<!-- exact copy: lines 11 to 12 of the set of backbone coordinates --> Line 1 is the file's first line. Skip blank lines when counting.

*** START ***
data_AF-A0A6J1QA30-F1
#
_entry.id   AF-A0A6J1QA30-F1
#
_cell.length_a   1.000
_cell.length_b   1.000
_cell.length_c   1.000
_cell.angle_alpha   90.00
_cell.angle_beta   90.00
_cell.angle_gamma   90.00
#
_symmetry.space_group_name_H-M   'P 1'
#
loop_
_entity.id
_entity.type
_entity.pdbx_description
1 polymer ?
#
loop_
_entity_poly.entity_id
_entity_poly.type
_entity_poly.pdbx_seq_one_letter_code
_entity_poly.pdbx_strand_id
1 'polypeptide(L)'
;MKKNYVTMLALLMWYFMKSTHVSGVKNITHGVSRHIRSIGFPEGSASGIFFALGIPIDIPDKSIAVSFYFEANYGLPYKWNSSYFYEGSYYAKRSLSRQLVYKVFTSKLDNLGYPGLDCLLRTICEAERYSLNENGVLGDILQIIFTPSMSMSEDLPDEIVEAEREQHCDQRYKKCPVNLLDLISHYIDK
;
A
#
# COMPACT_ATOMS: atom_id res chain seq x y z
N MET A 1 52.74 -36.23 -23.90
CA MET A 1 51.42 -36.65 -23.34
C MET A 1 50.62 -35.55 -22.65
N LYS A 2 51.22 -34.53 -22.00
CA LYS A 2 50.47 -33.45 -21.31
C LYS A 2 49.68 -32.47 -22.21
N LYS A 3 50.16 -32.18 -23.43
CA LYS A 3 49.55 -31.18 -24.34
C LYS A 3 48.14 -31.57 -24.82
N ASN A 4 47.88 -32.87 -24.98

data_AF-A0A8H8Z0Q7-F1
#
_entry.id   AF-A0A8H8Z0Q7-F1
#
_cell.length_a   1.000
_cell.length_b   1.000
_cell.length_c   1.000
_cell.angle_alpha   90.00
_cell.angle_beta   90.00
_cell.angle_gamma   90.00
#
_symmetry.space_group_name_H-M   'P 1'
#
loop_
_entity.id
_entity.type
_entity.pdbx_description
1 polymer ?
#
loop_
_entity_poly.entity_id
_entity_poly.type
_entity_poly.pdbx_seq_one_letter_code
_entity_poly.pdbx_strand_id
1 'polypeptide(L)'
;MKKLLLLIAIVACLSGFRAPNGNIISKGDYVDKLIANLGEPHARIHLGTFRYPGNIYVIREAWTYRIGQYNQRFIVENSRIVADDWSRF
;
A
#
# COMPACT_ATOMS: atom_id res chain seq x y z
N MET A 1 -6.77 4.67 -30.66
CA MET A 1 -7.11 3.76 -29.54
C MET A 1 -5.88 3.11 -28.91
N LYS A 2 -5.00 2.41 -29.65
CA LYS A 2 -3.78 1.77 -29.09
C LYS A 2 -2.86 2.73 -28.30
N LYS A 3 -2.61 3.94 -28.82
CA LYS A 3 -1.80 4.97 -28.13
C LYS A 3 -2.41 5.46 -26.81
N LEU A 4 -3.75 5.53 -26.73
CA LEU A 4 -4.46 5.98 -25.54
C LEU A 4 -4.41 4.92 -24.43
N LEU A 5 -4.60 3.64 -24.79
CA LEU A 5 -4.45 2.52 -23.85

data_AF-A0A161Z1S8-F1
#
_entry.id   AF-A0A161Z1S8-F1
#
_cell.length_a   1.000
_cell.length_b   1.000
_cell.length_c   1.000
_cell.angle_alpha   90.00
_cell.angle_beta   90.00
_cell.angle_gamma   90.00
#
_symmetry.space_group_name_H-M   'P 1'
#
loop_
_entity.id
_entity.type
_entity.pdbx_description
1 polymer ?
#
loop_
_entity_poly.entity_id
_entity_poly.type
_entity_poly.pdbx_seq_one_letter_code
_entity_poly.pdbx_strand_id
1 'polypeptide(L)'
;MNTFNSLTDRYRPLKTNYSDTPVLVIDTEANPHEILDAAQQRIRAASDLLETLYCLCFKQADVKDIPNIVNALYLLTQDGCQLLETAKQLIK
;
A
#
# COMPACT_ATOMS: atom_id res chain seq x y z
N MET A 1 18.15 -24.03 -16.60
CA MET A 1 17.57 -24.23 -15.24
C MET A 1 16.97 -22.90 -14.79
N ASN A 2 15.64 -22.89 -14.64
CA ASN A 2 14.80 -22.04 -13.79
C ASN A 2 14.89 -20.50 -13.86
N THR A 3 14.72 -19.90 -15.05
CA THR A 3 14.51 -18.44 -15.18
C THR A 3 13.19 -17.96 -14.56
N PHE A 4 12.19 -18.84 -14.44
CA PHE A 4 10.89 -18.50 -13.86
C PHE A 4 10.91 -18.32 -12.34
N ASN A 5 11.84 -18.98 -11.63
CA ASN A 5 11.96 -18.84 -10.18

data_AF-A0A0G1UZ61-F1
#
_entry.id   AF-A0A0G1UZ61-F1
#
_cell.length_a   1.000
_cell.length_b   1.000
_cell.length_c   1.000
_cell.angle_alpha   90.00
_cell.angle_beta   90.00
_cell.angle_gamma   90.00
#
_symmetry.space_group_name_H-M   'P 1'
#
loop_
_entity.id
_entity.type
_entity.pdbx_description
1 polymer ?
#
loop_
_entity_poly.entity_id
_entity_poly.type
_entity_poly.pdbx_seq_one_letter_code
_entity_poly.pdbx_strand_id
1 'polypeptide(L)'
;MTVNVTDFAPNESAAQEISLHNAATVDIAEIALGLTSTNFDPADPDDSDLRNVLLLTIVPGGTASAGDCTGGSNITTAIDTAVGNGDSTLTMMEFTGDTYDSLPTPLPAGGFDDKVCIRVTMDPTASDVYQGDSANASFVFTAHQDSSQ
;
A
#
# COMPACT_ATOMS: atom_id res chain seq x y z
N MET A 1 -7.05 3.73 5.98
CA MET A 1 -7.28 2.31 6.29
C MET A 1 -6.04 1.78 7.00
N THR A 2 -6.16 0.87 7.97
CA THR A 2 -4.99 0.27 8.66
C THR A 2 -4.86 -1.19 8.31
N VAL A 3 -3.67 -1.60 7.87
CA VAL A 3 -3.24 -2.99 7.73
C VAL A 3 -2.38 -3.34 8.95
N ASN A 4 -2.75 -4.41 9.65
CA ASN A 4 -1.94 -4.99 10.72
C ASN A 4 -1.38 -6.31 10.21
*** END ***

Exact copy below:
#
_symmetry.space_group_name_H-M   'P 1'